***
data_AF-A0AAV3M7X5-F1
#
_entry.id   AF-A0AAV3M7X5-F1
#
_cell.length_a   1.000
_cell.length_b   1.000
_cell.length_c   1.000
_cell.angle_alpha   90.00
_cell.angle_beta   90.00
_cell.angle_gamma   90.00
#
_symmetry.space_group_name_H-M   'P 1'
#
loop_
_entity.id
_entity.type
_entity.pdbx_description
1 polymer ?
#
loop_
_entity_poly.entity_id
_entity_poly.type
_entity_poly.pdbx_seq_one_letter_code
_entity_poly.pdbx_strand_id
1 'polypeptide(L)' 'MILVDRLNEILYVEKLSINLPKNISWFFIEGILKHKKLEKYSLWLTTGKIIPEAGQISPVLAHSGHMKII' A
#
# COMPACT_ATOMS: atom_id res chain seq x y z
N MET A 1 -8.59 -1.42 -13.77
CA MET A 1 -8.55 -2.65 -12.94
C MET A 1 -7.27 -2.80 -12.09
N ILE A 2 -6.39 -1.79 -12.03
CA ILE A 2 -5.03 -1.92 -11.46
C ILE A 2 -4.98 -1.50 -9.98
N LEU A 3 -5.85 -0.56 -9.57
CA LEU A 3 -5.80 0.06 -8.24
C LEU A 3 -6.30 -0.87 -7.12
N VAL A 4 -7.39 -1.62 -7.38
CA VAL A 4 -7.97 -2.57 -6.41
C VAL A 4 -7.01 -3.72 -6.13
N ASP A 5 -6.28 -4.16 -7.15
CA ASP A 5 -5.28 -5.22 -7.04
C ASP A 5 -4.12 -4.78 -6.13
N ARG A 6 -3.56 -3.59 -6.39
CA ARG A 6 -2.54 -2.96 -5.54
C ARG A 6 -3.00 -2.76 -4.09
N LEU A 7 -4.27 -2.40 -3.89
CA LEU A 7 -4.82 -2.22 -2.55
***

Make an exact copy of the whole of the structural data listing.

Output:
data_AF-A0AAV3M7X5-F1
#
_entry.id   AF-A0AAV3M7X5-F1
#
_cell.length_a   1.000
_cell.length_b   1.000
_cell.length_c   1.000
_cell.angle_alpha   90.00
_cell.angle_beta   90.00
_cell.angle_gamma   90.00
#
_symmetry.space_group_name_H-M   'P 1'
#
loop_
_entity.id
_entity.type
_entity.pdbx_description
1 polymer ?
#
loop_
_entity_poly.entity_id
_entity_poly.type
_entity_poly.pdbx_seq_one_letter_code
_entity_poly.pdbx_strand_id
1 'polypeptide(L)' 'MILVDRLNEILYVEKLSINLPKNISWFFIEGILKHKKLEKYSLWLTTGKIIPEAGQISPVLAHSGHMKII' A
#
# COMPACT_ATOMS: atom_id res chain seq x y z
N MET A 1 -8.59 -1.42 -13.77
CA MET A 1 -8.55 -2.65 -12.94
C MET A 1 -7.27 -2.80 -12.09
N ILE A 2 -6.39 -1.79 -12.03
CA ILE A 2 -5.03 -1.92 -11.46
C ILE A 2 -4.98 -1.50 -9.98
N LEU A 3 -5.85 -0.56 -9.57
CA LEU A 3 -5.80 0.06 -8.24
C LEU A 3 -6.30 -0.87 -7.12
N VAL A 4 -7.39 -1.62 -7.38
CA VAL A 4 -7.97 -2.57 -6.41
C VAL A 4 -7.01 -3.72 -6.13
N ASP A 5 -6.28 -4.16 -7.15
CA ASP A 5 -5.28 -5.22 -7.04
C ASP A 5 -4.12 -4.78 -6.13
N ARG A 6 -3.56 -3.59 -6.39
CA ARG A 6 -2.54 -2.96 -5.54
C ARG A 6 -3.00 -2.76 -4.09
N LEU A 7 -4.27 -2.40 -3.89
CA LEU A 7 -4.82 -2.22 -2.55